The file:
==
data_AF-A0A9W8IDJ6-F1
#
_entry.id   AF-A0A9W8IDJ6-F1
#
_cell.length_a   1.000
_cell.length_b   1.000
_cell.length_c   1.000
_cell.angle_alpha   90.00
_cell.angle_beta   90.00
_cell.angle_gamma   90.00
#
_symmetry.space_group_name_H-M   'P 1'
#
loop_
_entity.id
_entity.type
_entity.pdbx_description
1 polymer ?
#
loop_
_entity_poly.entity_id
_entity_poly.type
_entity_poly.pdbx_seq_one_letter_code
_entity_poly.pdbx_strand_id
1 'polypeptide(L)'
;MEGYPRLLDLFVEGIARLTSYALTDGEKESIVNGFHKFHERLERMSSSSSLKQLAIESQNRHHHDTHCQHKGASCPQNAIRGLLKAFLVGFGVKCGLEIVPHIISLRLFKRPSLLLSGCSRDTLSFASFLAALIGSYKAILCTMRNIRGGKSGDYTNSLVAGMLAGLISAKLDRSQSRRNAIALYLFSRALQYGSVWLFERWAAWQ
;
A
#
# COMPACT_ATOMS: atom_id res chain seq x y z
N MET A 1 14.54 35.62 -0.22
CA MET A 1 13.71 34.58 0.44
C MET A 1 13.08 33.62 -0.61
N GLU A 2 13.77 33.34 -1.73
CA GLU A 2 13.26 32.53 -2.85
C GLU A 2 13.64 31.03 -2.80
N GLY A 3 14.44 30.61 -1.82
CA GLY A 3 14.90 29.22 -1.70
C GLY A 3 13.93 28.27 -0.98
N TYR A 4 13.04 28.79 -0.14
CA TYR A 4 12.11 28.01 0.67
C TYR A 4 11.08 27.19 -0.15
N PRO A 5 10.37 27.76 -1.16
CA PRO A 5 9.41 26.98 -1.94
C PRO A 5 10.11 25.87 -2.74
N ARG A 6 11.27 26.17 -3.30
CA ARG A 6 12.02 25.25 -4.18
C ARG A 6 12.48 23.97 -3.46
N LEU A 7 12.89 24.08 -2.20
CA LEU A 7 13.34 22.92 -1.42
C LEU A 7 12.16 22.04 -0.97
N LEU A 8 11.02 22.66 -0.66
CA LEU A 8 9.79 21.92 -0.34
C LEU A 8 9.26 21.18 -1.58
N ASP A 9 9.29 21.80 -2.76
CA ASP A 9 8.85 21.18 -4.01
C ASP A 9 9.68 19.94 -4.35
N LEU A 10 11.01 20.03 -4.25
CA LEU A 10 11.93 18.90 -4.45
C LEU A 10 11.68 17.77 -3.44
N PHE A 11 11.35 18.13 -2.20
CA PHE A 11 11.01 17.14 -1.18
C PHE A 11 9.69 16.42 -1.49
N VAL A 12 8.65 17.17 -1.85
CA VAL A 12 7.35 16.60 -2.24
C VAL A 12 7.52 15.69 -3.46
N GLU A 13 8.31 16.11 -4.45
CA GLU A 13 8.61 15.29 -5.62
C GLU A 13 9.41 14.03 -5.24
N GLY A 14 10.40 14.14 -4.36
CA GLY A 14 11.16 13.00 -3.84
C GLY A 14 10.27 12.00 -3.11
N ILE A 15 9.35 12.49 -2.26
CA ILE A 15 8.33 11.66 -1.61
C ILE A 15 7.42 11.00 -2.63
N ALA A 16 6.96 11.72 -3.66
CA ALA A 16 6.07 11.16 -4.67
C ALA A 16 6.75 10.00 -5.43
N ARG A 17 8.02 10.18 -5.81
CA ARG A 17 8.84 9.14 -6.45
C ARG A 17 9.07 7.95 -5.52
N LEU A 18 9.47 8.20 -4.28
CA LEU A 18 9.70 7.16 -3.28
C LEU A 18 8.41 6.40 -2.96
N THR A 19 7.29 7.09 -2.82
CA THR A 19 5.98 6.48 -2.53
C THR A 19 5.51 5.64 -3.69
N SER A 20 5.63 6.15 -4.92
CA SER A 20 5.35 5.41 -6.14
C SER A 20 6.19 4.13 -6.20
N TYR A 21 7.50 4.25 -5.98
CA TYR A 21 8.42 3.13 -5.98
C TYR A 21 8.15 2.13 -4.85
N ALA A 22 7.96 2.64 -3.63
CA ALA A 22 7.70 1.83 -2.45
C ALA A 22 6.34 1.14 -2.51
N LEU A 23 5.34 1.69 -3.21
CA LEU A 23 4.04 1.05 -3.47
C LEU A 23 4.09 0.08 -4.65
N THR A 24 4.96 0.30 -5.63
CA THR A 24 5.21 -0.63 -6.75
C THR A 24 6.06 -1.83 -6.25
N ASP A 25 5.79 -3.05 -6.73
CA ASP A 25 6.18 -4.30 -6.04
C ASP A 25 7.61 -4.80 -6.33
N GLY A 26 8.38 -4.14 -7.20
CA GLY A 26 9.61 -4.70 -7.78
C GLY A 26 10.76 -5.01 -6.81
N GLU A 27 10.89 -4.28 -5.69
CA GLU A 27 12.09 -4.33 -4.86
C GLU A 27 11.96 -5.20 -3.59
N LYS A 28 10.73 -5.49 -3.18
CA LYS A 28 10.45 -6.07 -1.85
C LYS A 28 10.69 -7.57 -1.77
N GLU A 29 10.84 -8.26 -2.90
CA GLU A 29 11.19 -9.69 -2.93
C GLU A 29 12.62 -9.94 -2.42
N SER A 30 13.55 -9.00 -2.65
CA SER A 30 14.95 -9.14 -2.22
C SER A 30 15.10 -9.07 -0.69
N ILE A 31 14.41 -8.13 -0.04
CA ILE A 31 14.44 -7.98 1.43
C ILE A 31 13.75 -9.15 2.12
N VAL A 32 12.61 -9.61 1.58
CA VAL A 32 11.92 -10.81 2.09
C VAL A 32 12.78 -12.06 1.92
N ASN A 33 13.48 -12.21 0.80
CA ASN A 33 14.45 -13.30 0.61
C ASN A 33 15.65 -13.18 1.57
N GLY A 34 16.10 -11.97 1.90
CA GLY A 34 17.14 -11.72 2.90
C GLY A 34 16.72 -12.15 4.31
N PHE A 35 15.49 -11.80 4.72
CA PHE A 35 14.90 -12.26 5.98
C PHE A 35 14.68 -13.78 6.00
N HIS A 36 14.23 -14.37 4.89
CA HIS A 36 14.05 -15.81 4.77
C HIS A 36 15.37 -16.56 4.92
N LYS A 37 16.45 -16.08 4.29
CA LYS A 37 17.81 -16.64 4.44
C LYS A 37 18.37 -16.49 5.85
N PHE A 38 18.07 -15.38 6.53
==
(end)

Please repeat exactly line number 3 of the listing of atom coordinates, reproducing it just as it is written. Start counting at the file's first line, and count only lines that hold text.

_entry.id   AF-A0A9W8IDJ6-F1